By Design: Planning Research on Higher Education

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Do students who work longer and harder learn more in college? Does joining a fraternity with a more academic flavor enhance a student's academic performance? When are the results from an innovation that is tried on one campus applicable to other campuses? How many students and faculty members must participate in a research project before findings are valid? Do students learn best when they study alone or in small groups?

These are just some more than fifty examples that Richard Light Judith Singer and John Willett explore in By Design, a lively nontechnical sourcebook for learning about colleges and universities. These authors believe that careful design of research on college effectiveness is the single most important step toward producing useful and valid findings. In that spirit, By Design is a pathbreaking textbook of modern research methods that both practitioners and students will find useful.

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Editorial Reviews

Addresses the first phase of research--design of the project. The authors discuss the basic principles of research design and illustrate their points with sixty examples of recent research in higher education. Requires almost no technical background. For faculty, administrators, and students. Paper edition unseen, $10.95. Annotation c. Book News, Inc., Portland, OR
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Product Details

  • ISBN-13: 9780674089303
  • Publisher: Harvard University Press
  • Publication date: 3/28/1990
  • Pages: 296
  • Product dimensions: 6.37 (w) x 9.55 (h) x 0.99 (d)

Meet the Author

Richard J. Light is Professor in the Graduate School of Education and the John F. Kennedy School of Government at Harvard University.

Judith D. Singeris an Associate Professor at the Graduate School of Education, Harvard University.

John B. Willett is an Associate Professor at the Graduate School of Education, Harvard University.

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Table of Contents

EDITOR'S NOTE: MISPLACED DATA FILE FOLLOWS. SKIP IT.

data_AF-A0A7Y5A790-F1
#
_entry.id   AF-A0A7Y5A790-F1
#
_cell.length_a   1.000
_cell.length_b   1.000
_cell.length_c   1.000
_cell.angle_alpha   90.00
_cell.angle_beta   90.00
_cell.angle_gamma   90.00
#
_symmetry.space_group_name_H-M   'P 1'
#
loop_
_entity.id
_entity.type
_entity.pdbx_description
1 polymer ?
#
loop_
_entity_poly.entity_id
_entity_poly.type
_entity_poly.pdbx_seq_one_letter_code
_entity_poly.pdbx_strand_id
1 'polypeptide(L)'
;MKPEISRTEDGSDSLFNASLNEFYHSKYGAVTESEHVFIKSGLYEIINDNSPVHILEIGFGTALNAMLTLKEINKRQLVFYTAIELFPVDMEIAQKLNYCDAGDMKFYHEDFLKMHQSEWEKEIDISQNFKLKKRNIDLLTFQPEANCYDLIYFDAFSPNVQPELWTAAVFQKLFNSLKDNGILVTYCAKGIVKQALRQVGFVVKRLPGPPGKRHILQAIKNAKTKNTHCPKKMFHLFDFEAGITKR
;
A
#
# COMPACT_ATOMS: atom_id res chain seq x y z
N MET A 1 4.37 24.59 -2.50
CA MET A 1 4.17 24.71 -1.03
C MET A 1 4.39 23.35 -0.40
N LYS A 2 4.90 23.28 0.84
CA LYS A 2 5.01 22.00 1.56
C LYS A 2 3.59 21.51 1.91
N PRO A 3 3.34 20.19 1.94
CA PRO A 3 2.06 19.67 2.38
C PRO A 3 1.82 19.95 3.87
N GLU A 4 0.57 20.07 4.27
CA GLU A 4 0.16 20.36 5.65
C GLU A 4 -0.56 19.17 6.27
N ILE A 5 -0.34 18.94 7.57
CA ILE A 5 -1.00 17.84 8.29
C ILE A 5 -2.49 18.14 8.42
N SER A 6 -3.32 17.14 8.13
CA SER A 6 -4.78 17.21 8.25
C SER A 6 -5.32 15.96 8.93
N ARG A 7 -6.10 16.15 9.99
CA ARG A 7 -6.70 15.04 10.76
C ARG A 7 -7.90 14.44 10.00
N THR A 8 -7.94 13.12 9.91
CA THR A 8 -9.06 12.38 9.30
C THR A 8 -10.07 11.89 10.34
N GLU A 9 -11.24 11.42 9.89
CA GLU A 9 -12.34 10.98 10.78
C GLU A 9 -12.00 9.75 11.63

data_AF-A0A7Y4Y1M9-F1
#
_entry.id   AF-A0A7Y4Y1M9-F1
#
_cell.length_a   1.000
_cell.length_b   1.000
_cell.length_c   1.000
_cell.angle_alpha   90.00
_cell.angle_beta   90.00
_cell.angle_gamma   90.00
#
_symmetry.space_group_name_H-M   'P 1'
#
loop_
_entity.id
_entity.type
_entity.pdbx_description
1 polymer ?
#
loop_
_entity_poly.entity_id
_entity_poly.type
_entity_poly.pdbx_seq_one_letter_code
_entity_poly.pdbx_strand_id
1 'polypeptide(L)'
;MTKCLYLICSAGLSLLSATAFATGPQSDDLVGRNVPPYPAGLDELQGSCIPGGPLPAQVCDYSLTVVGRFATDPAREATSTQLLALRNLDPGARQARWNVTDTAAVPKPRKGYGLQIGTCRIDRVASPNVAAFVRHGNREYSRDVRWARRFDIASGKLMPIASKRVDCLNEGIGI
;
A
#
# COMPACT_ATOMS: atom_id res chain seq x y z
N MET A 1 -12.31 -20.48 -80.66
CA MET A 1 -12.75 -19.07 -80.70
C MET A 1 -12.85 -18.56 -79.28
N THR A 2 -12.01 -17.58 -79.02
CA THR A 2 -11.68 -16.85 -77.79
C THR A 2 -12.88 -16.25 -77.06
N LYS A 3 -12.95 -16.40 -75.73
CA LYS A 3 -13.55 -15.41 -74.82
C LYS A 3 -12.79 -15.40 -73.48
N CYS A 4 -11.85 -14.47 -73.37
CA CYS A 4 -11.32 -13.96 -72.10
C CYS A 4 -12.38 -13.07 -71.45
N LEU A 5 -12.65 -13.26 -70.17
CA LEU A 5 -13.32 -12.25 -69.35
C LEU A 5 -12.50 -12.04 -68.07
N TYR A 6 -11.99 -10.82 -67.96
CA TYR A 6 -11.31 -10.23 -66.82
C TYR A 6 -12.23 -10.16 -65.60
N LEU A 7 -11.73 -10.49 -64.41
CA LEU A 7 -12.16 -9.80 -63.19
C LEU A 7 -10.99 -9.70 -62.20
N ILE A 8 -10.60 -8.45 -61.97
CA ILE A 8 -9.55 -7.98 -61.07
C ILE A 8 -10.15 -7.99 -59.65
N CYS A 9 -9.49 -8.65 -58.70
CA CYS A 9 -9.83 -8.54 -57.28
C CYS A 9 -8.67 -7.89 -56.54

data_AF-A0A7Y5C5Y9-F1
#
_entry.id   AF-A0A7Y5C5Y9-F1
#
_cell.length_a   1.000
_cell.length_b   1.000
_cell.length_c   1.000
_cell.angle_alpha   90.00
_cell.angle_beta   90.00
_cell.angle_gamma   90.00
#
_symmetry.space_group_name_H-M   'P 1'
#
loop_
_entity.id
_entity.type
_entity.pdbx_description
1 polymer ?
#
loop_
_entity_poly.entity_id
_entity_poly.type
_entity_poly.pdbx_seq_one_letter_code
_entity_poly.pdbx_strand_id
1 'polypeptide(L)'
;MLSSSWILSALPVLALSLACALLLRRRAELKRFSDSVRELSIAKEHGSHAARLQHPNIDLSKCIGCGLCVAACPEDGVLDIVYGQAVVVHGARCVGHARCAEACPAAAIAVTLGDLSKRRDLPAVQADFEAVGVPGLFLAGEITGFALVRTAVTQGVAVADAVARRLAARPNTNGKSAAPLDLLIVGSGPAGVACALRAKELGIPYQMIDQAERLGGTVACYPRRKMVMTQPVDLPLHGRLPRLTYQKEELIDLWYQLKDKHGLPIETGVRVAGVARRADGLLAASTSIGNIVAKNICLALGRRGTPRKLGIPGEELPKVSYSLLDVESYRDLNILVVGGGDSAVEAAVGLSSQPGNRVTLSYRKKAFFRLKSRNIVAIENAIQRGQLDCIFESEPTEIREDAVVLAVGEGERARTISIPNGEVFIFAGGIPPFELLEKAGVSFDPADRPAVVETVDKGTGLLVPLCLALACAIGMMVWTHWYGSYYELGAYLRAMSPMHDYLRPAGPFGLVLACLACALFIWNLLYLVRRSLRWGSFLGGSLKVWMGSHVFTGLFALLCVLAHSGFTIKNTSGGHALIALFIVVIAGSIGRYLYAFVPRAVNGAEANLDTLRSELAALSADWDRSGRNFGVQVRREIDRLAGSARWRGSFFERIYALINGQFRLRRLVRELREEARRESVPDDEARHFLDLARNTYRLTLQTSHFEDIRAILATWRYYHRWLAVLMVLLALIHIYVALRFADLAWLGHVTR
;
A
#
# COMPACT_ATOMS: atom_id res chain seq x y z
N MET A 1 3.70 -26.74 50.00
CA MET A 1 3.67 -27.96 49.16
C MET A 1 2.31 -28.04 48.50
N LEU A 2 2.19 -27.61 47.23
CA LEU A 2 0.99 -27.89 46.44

1. Why Do Research On Higher Education?

Many Questions, Many Options

Our Philosophy of Research Design

How This Book is Organized

2. What Are Your Questions?

Why Are Research Questions So Important?

Getting Specific

Building on the Work of Others

Correlation versus Causation

The Wheel of Science

3. What Groups Do You Want to Study?

Specifying the Target Population

Where Should you Conduct the Study

Selecting Your Sample

More Than One Type of Respondent

Nonresponse Bias

4. What Predictors Do You Want to Study?

Types of Predictors

The Important Role of Variation

Other Reasons for Selecting Predictors

The Integrity of Your Treatment

Choosing Which Predictors to Study

5. Compared to What?

Why Do You Need a Comparison Group?

Randomized Control Groups: The Best Comparisons

Requiring Informed Consent

Volunteer Bias

Comparison Groups without Random Assignment

Retrospective Case-control Studies

Design Effects Can Swamp Treatment Effects

6. What Are Your Outcomes?

Different Kinds of Outcomes

Will You Measure Status or Development

Short-term versus Long-term Effects

Are Your Measures Valid?

7. How Can You Improve Your Measures?

What is Measurement Error?

Reliability and Measurement Error

Six Strategies for Improving Measurement Quality

Looking at Measurement Quality

8. How Many People Should You Study?

Why Is Sample Size So Important?

What Size Effect Do You Want to Detect?

What Type of Analysis Will You Use?

Instruments Precision and Sample Size

What If Students Drop Out?

9. Should You Try It out on a Small Scale?

The Advantages of Pilot Studies

Piloting Instruments

Relational Studies

Informal Small-scale Experiments

Generalizing From a Small Study

10. Where Should You Go From Here?

Getting Started

Lessons From Our Seminar

Decisions You Must Make

Planning a Longer-term Research Program



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